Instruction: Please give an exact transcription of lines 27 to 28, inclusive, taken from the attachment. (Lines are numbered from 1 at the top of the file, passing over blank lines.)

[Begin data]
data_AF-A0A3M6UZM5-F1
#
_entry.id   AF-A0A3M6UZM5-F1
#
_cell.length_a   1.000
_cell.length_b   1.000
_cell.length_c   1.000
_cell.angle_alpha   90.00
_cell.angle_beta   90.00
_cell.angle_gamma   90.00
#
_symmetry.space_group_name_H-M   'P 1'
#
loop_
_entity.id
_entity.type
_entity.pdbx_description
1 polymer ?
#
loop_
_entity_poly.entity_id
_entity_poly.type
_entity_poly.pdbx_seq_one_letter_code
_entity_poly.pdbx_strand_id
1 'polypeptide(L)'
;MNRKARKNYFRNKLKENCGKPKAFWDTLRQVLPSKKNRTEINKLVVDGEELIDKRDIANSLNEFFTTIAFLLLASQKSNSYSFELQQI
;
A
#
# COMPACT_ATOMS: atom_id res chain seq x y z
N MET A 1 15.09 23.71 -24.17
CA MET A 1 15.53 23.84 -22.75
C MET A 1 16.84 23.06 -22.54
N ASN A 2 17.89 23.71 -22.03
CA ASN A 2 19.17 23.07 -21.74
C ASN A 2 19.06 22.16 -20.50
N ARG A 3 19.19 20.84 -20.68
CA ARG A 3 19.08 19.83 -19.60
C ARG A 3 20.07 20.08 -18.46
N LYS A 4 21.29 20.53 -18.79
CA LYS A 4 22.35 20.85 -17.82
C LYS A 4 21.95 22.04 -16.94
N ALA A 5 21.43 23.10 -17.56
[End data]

;
A